Sunday, March 1, 2009

Quabbin and surrounding areas - 2/28 & 3/1

This past weekend we took two shorter trips out to the Quabbin area. On Saturday we tried (successfully) for a small group of Bohemian Waxwings that had been reported from the New Salem area right off Rt. 202 on the west side of Quabbin. We found the apple tree along No. Main Street near the powerlines on the west side of 202. Unfortunately, the birds kept hanging around the back side of the tree and offered decidedly unsatisfactory looks. You could spot them moving around in the branches but trying to get a good look (forget about a photo) was almost impossible. There was this one Robin that was "protecting" as many of the apples as he could -- almost acting like a Mockingbird defending a berry bush. Every time a Bohemian would move to the front of the tree, he would chase them off.Occasionally a bird would put put for a minute or two further away from the apples and you could get a fairly good look....clearly seeing the overall grayer appearance and sometimes even the chestnut coloring of the undertail coverts.
Along the same road, we came across a large group (about 25) of Mourning Doves eating grit on the sides of the road. We watched for some courting behavior, but they were very intent on "gritting" and had very little interest in each other. Elsewhere in New Salem we did have a MoDo carrying a stick -- clearly a sign of spring.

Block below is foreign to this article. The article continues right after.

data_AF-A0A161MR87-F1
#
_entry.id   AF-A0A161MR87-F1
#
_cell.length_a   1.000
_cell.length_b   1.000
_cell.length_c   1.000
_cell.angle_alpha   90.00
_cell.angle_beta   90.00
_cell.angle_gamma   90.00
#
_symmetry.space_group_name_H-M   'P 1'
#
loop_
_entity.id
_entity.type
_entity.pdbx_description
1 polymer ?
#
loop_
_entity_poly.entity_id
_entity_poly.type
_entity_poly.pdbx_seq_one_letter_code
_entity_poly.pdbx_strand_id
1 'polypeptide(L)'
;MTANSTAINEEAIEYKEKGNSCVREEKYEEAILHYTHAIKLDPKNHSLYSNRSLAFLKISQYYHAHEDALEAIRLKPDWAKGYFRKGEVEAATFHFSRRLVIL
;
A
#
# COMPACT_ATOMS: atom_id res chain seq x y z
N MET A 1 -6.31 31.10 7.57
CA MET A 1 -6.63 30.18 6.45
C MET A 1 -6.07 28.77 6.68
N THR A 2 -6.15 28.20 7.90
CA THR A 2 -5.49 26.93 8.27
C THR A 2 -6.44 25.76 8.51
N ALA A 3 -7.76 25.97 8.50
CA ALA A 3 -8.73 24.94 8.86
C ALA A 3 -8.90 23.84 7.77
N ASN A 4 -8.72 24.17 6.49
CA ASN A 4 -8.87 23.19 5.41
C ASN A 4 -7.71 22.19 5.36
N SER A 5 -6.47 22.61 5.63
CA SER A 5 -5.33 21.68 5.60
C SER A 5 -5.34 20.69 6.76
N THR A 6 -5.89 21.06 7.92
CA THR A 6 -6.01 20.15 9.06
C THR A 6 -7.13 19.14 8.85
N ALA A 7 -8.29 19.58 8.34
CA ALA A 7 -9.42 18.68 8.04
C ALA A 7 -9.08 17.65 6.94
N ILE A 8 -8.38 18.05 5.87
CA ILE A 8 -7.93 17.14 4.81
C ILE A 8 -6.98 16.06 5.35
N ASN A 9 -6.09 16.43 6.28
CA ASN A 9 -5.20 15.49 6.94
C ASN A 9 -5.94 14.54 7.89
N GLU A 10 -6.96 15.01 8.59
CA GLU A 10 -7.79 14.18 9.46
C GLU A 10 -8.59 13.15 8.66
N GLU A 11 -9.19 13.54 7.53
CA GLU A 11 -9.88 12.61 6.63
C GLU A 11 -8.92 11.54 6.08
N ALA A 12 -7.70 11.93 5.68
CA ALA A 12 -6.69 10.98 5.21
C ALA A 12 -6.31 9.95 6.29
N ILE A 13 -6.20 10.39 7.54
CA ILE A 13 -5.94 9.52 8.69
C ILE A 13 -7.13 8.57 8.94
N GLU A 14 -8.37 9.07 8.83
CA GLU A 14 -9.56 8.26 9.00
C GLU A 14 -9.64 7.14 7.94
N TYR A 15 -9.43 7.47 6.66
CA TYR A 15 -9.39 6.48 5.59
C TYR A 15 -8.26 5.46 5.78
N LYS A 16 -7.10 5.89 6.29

We also had our first large flock of about 60 Red-winged Blackbirds. It was so cheery to hear that spring call. It was obviously a migrating flock, since the town of New Salem is on a high ridge overlooking the northwest corner of Quabbin and there weren't any marshes in the immediate vicinity. So these birds were either stopping on their way further north or planning to disperse into some of the smaller marshes throughout the area nearby.
We decided to check out Hamilton Orchards further south on Rt. 202...figuring if Bohemian Waxwings were in the area that the orchard would be a good place to find even more....Not! But we did travel past the orchards on West St. and came across a group of about 30 Evening Grosbeaks noisily moving through a mixed woodlot about 1/4 mile beyond the orchards.
There were both males and females in the flock and they was definitely a lot of sexual chase flights going on. This will be an area to check out in another month to see if they are actually breeding along this road.
We did stop at south Quabbin and found what appeared to be a moose carcass far out on left side looking from the Administration building. We had about a dozen Raven, 3 Bald Eagles, a Golden Eagle and about 5 coyotes working the carcass. We decided to try to get close but could never refind the damn thing through the trees as we moved along the road from the spillway up to Enfield. We decided to come back Sunday morning, hoping to see even more activity first thing in the day.
On the way home through Hardwick we saw a small group of Turkey Vultures (I'm thinking definitely migration but Mark's not so sure.) In any event one of the birds flew up from the road (Rt. 32A north of Gilbertville) and perched on a nearby tree.